1. A city campaign committee of five has been set up to organize the campaign in Chicago.
  2. A campaign bulletin has been mailed out to all members, including specific quotas and assignments for each branch. Each branch has assigned comrades to take charge of the work in the locality. During the period of the campaign, each branch is instructed to put it as the first item of the agenda at every meeting.
  3. During the campaign, each branch is to hold at least one indoor meeting, and at least one street meeting a week, as well as one money-raising social affair for the Fund.
  4. Chicago sets itself a recruitment quota of 10 new members by September 15.
  5. The South Side branch reports 50 pamphlets sold, an increase of the Appeal bundle order from 17 to 25, and TWO NEW MEMBERS RECRUITED.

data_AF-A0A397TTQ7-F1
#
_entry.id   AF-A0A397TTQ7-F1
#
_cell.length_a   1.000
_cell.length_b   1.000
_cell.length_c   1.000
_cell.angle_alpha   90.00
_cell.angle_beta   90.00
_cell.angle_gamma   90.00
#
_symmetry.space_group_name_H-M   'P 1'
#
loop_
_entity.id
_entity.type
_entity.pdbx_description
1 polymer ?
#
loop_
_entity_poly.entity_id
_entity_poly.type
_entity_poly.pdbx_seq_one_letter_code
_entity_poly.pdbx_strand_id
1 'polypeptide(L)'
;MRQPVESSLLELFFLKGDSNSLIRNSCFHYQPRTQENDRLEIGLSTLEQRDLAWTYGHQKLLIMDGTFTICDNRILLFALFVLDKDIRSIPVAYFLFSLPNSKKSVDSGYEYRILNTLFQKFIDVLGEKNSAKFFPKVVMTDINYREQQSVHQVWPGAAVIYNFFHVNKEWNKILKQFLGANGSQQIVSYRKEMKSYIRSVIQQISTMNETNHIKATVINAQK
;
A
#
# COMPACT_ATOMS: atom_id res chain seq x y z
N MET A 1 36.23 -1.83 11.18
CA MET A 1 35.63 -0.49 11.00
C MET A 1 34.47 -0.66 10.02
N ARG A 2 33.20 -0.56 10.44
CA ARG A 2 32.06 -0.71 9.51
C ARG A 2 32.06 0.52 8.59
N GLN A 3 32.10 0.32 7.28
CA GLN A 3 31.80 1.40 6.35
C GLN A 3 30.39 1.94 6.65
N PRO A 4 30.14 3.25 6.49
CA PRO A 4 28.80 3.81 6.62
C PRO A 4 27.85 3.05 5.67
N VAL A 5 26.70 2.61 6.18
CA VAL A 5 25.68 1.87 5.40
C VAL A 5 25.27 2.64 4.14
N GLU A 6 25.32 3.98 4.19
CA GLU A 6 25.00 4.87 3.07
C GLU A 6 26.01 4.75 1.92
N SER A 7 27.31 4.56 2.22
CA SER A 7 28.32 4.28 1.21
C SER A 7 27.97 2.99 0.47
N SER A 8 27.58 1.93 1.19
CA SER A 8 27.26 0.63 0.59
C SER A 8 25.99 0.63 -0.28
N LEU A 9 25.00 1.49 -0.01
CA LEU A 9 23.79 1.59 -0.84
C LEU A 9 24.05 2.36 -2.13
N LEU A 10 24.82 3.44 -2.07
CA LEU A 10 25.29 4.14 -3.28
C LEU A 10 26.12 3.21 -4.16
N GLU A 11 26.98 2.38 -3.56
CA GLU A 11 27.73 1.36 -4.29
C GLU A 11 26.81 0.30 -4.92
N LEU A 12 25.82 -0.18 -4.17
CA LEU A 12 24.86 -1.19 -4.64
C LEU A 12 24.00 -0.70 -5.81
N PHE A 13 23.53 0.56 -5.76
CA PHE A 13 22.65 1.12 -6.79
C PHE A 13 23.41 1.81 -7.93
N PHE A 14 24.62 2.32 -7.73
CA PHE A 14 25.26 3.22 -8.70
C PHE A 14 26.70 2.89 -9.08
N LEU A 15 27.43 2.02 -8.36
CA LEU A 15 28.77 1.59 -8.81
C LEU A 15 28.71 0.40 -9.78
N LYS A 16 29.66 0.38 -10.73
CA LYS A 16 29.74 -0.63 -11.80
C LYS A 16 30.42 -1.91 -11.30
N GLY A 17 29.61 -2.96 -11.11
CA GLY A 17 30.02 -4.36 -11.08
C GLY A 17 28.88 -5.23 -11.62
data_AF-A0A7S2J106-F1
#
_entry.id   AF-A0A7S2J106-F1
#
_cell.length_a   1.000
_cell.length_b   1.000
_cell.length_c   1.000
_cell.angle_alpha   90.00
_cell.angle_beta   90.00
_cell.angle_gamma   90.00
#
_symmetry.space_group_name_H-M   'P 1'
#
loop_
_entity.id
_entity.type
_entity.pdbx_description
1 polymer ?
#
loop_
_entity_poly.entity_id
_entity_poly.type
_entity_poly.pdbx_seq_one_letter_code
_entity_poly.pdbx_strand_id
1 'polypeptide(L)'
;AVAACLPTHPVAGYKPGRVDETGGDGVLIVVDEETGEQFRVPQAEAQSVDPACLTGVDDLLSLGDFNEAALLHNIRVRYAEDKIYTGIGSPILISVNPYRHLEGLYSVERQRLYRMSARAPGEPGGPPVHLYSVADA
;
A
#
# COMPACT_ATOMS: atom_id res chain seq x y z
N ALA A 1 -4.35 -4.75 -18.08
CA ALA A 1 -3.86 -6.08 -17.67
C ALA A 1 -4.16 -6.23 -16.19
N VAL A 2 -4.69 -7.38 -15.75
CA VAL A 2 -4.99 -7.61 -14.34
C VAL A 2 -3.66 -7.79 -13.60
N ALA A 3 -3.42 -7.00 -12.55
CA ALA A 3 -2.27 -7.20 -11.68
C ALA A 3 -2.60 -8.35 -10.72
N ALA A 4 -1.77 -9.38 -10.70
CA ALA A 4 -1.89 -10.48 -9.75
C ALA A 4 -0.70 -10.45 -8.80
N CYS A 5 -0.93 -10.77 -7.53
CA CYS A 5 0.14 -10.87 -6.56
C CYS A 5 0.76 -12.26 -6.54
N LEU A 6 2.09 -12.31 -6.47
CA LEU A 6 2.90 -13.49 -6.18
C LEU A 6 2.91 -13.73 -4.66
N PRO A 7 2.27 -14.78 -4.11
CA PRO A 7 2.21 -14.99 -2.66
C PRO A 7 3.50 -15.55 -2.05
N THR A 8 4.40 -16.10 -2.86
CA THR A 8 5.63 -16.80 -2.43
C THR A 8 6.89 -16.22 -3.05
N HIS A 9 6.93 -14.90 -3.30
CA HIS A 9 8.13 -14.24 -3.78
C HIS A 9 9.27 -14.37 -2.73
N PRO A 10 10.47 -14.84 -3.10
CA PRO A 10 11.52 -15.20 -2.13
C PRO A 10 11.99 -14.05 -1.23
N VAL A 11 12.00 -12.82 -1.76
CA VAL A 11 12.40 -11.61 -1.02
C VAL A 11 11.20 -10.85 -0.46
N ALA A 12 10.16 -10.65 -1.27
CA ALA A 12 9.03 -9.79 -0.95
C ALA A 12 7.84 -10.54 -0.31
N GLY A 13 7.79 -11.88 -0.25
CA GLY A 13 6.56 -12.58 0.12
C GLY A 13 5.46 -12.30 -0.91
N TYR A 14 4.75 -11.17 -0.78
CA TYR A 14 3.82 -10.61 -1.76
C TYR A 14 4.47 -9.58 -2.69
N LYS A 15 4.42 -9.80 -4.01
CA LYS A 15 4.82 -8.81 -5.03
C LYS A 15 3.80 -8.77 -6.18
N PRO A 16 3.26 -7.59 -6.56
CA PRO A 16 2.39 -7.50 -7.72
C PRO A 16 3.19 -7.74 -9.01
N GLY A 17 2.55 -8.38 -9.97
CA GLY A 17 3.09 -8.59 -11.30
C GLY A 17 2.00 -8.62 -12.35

“We are carrying our campaign directly to the workers with a house-to-house campaign,” writes the Reading branch. “Quite a number did not sign the petition because they felt it would not have any effect on Congress, but they bought our pamphlet and told us to come around later.”

We can tell the Reading comrades that it is NOT true that Congress would pay no attention to petitions. Even if it does not affect their vote, they get plenty worried by the evidence of the mass feeling on this question. At the Senate hearings on the war referendum which were held last May, the most frequent reference was made to the available testimony on the popular demand for this measure. In any case, the petition is a means of bringing the question forcibly to the attention of the workers.